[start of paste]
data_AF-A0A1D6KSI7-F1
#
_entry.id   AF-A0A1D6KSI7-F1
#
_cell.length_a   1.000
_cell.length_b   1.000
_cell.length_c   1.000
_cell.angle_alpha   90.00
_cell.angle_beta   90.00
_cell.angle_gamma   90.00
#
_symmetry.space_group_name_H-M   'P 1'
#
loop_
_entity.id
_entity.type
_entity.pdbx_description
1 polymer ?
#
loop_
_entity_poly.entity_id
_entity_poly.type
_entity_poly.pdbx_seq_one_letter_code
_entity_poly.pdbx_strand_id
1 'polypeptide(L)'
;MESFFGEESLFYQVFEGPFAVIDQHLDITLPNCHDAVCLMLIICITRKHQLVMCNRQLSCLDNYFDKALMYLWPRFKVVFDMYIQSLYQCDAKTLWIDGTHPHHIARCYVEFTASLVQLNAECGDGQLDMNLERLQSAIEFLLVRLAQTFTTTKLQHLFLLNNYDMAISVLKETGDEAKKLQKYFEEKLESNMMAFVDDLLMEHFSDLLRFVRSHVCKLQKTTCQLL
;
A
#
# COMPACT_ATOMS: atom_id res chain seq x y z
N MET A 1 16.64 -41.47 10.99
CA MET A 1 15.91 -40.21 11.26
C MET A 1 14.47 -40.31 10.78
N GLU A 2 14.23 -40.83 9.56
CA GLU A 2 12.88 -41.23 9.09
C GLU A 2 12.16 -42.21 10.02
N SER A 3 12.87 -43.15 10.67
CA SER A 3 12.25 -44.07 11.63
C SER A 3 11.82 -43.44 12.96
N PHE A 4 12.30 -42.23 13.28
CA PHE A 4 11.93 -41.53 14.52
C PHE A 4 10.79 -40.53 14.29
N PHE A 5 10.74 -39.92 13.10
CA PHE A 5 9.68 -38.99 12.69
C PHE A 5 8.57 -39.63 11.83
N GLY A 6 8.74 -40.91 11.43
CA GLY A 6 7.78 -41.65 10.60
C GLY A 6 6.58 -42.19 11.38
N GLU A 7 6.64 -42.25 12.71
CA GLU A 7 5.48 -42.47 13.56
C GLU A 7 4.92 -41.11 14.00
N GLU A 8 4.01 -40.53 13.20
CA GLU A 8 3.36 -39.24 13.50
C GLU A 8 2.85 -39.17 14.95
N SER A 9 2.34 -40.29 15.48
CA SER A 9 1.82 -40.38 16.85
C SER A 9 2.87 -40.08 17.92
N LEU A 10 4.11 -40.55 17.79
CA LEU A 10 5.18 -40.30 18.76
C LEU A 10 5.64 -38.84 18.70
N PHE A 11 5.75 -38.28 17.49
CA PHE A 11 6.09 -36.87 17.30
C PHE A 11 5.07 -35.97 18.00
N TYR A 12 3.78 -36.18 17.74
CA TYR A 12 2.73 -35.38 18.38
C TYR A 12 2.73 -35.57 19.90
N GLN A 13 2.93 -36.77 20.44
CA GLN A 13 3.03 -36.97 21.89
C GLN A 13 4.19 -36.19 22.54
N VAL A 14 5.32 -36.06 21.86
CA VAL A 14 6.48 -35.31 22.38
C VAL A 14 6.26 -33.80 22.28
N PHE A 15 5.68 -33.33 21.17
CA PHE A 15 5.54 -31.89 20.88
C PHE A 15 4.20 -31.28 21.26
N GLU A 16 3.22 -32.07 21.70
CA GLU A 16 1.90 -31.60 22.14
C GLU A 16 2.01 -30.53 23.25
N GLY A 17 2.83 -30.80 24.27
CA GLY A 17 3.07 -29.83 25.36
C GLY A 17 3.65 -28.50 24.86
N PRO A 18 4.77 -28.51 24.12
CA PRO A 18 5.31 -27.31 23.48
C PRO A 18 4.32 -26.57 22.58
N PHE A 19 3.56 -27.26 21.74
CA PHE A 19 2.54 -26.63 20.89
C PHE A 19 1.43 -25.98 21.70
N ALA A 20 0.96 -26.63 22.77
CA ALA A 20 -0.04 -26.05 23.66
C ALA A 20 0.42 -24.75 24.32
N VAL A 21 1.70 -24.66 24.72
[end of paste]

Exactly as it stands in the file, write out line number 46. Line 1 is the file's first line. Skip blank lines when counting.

N GLY A 6 8.74 -40.91 11.43